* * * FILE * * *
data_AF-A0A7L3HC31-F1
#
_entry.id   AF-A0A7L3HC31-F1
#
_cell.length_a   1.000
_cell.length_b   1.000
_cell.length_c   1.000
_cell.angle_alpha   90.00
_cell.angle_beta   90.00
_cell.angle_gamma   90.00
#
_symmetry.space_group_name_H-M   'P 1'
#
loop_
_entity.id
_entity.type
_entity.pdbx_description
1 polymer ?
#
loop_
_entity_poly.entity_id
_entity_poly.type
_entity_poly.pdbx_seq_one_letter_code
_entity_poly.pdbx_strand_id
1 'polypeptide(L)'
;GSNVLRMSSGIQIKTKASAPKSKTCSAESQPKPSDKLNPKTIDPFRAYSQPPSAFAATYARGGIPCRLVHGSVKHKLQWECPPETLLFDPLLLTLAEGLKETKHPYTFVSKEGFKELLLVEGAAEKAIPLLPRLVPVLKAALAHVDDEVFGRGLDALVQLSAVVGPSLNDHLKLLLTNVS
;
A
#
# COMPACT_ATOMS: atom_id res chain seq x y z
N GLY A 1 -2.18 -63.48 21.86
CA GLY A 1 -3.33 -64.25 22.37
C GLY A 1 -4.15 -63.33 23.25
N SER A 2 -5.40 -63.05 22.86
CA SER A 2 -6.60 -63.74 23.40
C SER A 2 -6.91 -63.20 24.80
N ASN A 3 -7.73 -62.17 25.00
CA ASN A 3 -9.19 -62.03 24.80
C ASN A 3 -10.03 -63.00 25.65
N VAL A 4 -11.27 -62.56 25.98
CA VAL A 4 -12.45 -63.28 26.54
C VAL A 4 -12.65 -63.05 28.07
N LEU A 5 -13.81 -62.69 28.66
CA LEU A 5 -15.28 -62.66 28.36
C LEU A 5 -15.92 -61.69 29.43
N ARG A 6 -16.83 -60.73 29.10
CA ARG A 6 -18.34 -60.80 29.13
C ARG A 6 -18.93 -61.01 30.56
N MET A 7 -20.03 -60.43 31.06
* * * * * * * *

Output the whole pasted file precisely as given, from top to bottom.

data_AF-A0A7L3HC31-F1
#
_entry.id   AF-A0A7L3HC31-F1
#
_cell.length_a   1.000
_cell.length_b   1.000
_cell.length_c   1.000
_cell.angle_alpha   90.00
_cell.angle_beta   90.00
_cell.angle_gamma   90.00
#
_symmetry.space_group_name_H-M   'P 1'
#
loop_
_entity.id
_entity.type
_entity.pdbx_description
1 polymer ?
#
loop_
_entity_poly.entity_id
_entity_poly.type
_entity_poly.pdbx_seq_one_letter_code
_entity_poly.pdbx_strand_id
1 'polypeptide(L)'
;GSNVLRMSSGIQIKTKASAPKSKTCSAESQPKPSDKLNPKTIDPFRAYSQPPSAFAATYARGGIPCRLVHGSVKHKLQWECPPETLLFDPLLLTLAEGLKETKHPYTFVSKEGFKELLLVEGAAEKAIPLLPRLVPVLKAALAHVDDEVFGRGLDALVQLSAVVGPSLNDHLKLLLTNVS
;
A
#
# COMPACT_ATOMS: atom_id res chain seq x y z
N GLY A 1 -2.18 -63.48 21.86
CA GLY A 1 -3.33 -64.25 22.37
C GLY A 1 -4.15 -63.33 23.25
N SER A 2 -5.40 -63.05 22.86
CA SER A 2 -6.60 -63.74 23.40
C SER A 2 -6.91 -63.20 24.80
N ASN A 3 -7.73 -62.17 25.00
CA ASN A 3 -9.19 -62.03 24.80
C ASN A 3 -10.03 -63.00 25.65
N VAL A 4 -11.27 -62.56 25.98
CA VAL A 4 -12.45 -63.28 26.54
C VAL A 4 -12.65 -63.05 28.07
N LEU A 5 -13.81 -62.69 28.66
CA LEU A 5 -15.28 -62.66 28.36
C LEU A 5 -15.92 -61.69 29.43
N ARG A 6 -16.83 -60.73 29.10
CA ARG A 6 -18.34 -60.80 29.13
C ARG A 6 -18.93 -61.01 30.56
N MET A 7 -20.03 -60.43 31.06